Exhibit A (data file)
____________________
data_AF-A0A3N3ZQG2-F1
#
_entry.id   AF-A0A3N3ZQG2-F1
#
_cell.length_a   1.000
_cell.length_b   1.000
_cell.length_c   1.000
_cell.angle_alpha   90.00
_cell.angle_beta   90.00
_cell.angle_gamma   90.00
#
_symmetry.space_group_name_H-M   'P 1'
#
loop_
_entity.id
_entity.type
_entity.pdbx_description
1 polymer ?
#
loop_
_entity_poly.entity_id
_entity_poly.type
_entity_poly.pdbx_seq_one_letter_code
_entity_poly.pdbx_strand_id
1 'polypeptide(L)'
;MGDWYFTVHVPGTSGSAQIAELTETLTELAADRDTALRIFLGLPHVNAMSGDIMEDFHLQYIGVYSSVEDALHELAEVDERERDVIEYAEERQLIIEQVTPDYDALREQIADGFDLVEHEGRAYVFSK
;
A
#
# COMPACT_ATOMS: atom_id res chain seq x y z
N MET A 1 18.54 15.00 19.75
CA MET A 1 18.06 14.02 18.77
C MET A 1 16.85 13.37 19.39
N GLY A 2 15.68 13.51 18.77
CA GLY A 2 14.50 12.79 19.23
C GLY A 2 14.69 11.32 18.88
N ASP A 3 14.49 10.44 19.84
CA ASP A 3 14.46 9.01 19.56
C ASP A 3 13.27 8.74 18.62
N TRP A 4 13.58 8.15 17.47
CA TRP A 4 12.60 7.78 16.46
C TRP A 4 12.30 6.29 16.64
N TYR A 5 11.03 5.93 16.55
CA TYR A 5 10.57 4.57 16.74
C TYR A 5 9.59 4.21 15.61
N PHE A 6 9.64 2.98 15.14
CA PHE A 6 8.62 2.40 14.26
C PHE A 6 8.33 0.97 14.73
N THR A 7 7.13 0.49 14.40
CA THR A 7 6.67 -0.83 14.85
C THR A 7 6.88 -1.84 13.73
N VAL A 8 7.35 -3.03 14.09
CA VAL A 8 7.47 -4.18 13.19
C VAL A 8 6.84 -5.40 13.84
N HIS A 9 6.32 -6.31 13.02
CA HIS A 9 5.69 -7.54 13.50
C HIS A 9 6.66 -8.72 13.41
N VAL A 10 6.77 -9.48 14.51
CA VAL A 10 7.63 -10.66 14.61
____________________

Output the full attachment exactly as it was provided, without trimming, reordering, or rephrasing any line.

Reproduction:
data_AF-A0A3N3ZQG2-F1
#
_entry.id   AF-A0A3N3ZQG2-F1
#
_cell.length_a   1.000
_cell.length_b   1.000
_cell.length_c   1.000
_cell.angle_alpha   90.00
_cell.angle_beta   90.00
_cell.angle_gamma   90.00
#
_symmetry.space_group_name_H-M   'P 1'
#
loop_
_entity.id
_entity.type
_entity.pdbx_description
1 polymer ?
#
loop_
_entity_poly.entity_id
_entity_poly.type
_entity_poly.pdbx_seq_one_letter_code
_entity_poly.pdbx_strand_id
1 'polypeptide(L)'
;MGDWYFTVHVPGTSGSAQIAELTETLTELAADRDTALRIFLGLPHVNAMSGDIMEDFHLQYIGVYSSVEDALHELAEVDERERDVIEYAEERQLIIEQVTPDYDALREQIADGFDLVEHEGRAYVFSK
;
A
#
# COMPACT_ATOMS: atom_id res chain seq x y z
N MET A 1 18.54 15.00 19.75
CA MET A 1 18.06 14.02 18.77
C MET A 1 16.85 13.37 19.39
N GLY A 2 15.68 13.51 18.77
CA GLY A 2 14.50 12.79 19.23
C GLY A 2 14.69 11.32 18.88
N ASP A 3 14.49 10.44 19.84
CA ASP A 3 14.46 9.01 19.56
C ASP A 3 13.27 8.74 18.62
N TRP A 4 13.58 8.15 17.47
CA TRP A 4 12.60 7.78 16.46
C TRP A 4 12.30 6.29 16.64
N TYR A 5 11.03 5.93 16.55
CA TYR A 5 10.57 4.57 16.74
C TYR A 5 9.59 4.21 15.61
N PHE A 6 9.64 2.98 15.14
CA PHE A 6 8.62 2.40 14.26
C PHE A 6 8.33 0.97 14.73
N THR A 7 7.13 0.49 14.40
CA THR A 7 6.67 -0.83 14.85
C THR A 7 6.88 -1.84 13.73
N VAL A 8 7.35 -3.03 14.09
CA VAL A 8 7.47 -4.18 13.19
C VAL A 8 6.84 -5.40 13.84
N HIS A 9 6.32 -6.31 13.02
CA HIS A 9 5.69 -7.54 13.50
C HIS A 9 6.66 -8.72 13.41
N VAL A 10 6.77 -9.48 14.51
CA VAL A 10 7.63 -10.66 14.61